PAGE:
Welcome to the home of the dorsal wall lifting theory

a new insight into equine laminitis based on hoof capsule distortion

New research paper

Review of data on hoof growth in normal and laminitic equines suggests a new aetiology for acute laminitis, by Tom Ryan FWCF

This paper is based on hoof growth measurements taken by Tom and is the basis for many of the extended concepts presented on this website. The paper is not copyrighted and can be downloaded and shared.

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A new and powerful concept for equine laminitis

One frequently over-looked aspect of laminitis is abnormal hoof growth, but recently hoof growth has been attracting a lot more interest. In his PhD thesis Ramzi Al-Agele(1) observed while conducting in vitro experiments on horn producing keratin cells extracted from different areas of equine coronary band tissue, cells from the quarter region divided more rapidly when exposed to higher levels of insulin, while the same cells from the front of the hoof were not affected in the same way.

Combining Ramzi Al-Agele’s observations with a greater understanding of equine metabolic syndrome (EMS) which is known to have an undefined relationship with laminitis, raises an interesting possibility, could EMS be affecting how the hoof capsule grows?

...hoof distortion is not the result of laminitis, it's the cause. Tom Ryan FWCF

The Dorsal Wall Lifting model for equine laminitis proposes that laminitis is induced when hoof growth at the quarters abnormally accelerates, which subsequently induces the hoof capsule to distort. This distortion will induce pain in the underlying laminal bond, signalling the start of the acute phase.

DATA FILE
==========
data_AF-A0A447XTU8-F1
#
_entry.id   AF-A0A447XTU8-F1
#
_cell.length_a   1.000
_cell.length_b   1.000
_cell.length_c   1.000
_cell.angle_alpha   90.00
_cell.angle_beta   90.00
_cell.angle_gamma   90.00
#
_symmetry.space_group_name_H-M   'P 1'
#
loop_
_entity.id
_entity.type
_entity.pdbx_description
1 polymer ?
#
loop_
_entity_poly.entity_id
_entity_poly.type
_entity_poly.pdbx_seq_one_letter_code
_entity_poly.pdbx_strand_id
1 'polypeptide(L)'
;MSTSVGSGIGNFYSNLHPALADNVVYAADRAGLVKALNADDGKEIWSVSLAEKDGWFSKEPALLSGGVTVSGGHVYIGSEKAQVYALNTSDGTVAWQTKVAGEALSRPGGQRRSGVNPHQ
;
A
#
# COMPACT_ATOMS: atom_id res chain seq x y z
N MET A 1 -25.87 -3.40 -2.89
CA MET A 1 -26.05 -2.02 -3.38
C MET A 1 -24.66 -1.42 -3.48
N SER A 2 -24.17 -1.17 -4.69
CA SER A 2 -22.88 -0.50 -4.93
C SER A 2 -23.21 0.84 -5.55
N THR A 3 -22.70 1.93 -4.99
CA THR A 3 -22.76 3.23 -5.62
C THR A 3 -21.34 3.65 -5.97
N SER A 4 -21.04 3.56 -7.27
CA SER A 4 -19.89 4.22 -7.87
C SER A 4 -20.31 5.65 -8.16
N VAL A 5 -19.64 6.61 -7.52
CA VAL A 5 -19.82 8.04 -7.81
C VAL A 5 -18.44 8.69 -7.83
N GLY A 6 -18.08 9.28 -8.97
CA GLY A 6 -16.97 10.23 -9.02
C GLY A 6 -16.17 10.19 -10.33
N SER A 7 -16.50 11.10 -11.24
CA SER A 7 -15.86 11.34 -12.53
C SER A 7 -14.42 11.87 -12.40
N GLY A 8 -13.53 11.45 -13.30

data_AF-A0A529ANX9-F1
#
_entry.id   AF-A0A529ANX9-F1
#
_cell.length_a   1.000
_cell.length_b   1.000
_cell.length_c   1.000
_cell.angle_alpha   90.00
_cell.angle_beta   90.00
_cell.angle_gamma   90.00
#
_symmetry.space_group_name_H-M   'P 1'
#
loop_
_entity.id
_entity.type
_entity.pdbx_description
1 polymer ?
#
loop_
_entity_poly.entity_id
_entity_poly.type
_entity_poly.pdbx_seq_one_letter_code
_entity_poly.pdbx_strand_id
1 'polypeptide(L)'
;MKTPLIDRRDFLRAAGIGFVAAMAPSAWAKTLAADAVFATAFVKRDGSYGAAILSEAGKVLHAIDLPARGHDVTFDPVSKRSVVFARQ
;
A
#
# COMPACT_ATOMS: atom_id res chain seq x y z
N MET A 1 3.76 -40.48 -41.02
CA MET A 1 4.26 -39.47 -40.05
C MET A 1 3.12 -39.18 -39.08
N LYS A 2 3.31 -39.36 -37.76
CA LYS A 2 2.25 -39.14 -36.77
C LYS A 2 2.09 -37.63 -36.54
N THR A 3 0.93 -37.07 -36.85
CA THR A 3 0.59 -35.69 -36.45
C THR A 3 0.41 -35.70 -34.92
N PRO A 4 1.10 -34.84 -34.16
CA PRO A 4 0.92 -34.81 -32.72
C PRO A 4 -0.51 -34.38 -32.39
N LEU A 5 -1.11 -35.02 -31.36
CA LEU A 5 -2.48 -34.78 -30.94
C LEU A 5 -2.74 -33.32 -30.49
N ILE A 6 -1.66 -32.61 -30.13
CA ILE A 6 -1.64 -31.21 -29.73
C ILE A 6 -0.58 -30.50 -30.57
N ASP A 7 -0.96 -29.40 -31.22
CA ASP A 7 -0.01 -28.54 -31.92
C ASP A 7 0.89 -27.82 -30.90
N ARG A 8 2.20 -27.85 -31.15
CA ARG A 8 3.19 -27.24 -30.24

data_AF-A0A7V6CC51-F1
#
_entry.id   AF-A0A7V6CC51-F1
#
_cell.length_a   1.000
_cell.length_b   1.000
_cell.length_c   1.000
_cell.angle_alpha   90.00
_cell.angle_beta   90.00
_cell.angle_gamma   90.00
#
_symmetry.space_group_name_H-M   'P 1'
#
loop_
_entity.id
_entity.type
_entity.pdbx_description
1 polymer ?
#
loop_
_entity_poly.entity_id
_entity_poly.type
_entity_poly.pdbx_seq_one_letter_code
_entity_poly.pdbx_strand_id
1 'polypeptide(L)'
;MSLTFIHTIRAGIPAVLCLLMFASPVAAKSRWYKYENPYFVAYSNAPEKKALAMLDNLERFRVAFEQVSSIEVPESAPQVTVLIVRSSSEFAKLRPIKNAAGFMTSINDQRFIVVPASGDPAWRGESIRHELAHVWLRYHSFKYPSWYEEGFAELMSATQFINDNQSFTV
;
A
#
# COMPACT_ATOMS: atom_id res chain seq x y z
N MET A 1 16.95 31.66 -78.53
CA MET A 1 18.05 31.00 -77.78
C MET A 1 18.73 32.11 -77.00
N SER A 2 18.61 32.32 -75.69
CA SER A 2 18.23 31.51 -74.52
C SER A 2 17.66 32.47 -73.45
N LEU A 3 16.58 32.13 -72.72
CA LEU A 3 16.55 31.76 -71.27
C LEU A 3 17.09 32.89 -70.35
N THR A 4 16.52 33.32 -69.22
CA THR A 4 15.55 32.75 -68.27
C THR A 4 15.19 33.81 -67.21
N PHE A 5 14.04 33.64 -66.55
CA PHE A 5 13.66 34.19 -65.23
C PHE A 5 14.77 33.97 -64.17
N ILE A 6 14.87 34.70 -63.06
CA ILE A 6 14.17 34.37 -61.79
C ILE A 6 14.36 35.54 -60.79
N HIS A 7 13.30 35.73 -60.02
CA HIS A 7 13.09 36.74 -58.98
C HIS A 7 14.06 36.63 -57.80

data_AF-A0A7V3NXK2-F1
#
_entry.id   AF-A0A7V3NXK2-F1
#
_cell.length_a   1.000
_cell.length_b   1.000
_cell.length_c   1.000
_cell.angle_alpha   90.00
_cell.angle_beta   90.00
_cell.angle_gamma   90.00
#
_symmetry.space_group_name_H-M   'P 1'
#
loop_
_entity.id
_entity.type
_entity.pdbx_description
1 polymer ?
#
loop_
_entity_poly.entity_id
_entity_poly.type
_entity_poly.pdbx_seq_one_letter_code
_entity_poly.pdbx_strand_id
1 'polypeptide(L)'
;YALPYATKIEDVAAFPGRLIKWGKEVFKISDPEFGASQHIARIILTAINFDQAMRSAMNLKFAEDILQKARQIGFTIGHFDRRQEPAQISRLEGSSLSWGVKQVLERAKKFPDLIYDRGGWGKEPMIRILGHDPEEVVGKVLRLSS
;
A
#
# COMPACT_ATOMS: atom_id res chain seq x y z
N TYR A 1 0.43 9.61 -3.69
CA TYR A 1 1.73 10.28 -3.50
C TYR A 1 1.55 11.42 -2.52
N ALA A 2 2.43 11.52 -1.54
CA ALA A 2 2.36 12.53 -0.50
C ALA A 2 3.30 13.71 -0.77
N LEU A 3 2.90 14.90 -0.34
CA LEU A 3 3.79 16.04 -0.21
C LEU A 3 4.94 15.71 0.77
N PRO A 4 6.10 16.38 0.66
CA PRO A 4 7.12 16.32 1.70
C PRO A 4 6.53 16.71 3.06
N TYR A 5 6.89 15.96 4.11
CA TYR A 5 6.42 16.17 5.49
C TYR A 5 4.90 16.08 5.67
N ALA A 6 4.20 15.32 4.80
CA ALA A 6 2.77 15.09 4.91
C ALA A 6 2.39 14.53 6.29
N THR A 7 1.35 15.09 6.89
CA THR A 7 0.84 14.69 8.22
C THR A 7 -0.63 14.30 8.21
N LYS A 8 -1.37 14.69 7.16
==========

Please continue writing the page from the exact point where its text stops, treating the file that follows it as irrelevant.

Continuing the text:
The severity of a particular laminitis case will depend on the shape & strength of the hoof capsule combined with the rate of acceleration of hoof growth at the quarters, the stronger the hoof capsule the more severe the case. More >

The idea that the dermal laminae are being destroyed by hoof capsule distortion has never been considered before. The factors known to cause laminitis may be altering the way hoof is grown and not directly insulting the dermal laminae.

In short – the laminae are innocent victims of abnormal hoof growth which causes hoof capsule distortion.

(1) Al-Agele, Ramzi. Histopathological and ultrastructural characterization of equine hoof shape deformities. PhD Thesis, Nottingham, UK: University of Nottingham, 2018.

What you will learn about equine laminitis:

Follow the links for more information:-

A new insight into laminitis

Dorsal Wall Lifting Theory - Explained


Vertical grooving for laminitis explained.

Laminitis Basics

Click here for background information

Additional information

Updated: 15/03/2024